“Public service” sounds like sacrifice: lower pay, fewer benefits, longer hours in a lousy job. This myth must be jettisoned before government can ever shrink. The greatest “special interests” fighting for a larger and larger state aren’t in the private sector–they’re in the government, and they’re called public sector unions. Here’s some useful information USA Today reported last summer:
Federal employees’ job security is so great that workers in many agencies are more likely to die of natural causes than get laid off or fired, a USA TODAY analysis finds. Death — rather than poor performance, misconduct or layoffs — is the primary threat to job security at the Environmental Protection Agency, the Small Business Administration, the Department of Housing and Urban Development, the Office of Management and Budget and a dozen other federal operations. The federal government fired 0.55% of its workers in the budget year that ended Sept. 30 — 11,668 employees in its 2.1 million workforce. Research shows that the private sector fires about 3% of workers annually for poor performance.
It’s actually worse than this because almost most of the “fires” were in the first two years of employment, which indicates that even those fires weren’t for performance. When the federal government fires people, it’s mainly due to a budget crunch, and they let go the last people hired. It’s even more absurd for highly-paid federal workers:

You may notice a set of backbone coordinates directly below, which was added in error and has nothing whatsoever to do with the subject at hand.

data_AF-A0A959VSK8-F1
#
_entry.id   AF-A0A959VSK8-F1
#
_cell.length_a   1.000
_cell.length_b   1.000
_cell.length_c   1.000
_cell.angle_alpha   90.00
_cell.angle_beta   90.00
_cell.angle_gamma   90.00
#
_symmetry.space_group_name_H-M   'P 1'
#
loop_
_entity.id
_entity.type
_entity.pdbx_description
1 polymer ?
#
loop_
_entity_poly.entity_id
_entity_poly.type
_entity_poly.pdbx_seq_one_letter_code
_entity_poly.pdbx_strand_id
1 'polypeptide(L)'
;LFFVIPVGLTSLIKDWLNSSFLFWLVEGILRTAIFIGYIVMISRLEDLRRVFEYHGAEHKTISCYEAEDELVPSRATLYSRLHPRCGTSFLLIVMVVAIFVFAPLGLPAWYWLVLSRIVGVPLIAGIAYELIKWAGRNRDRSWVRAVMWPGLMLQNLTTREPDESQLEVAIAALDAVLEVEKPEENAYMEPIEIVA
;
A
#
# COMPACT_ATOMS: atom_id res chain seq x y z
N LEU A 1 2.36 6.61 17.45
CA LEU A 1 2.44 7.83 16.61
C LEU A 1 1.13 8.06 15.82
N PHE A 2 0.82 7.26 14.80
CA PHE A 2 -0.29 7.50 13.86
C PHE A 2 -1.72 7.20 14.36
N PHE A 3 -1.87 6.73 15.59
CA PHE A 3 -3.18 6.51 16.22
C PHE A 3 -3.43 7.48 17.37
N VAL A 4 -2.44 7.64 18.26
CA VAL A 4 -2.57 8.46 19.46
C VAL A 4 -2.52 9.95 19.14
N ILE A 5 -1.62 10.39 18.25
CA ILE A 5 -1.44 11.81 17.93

White-collar federal workers have almost total job security after a few years on the job. Last year, the government fired none of its 3,000 meteorologists, 2,500 health insurance administrators, 1,000 optometrists, 800 historians or 500 industrial property managers. The nearly half-million federal employees earning $100,000 or more enjoyed a 99.82% job security rate in 2010. Only 27 of 35,000 federal attorneys were fired last year. None was laid off. Death claimed 33.
What’s even more outrageous are the wages and benefits received by these workers who have complete job security. According to the Bureau of Labor Statistics, state and federal public sector workers make almost $7/hr more than their private sector counterparts in wages or salaries, and more than $5/hr more in benefits. All told public sector workers make $40.54/hr compared to $28.10 in the private sector. USA Today found that when compared directly to similar private sector workers by category (secretary, engineer, lawyer, etc.), public employees were actually earning double, $123,049 v. $61,051.
Many people responded to the USA Today report by arguing that public sector workers deserved higher wages because they were much more highly educated. In January this year, however, the Congressional Budget Office (CBO) debunked this fiction as well, showing that actually the least educated workers in the government were the most overpaid and the highest educated were actually underpaid. In fact, for every category except advanced degrees, public employees were overpaid. But once you consider that this last category includes many political appointees who are motivated mainly by power and not wealth, your empathy washes away. Worse, many in this high-category (lawyers, PhDs, etc.) go onto make double in the private sector as lobbyist with political connections.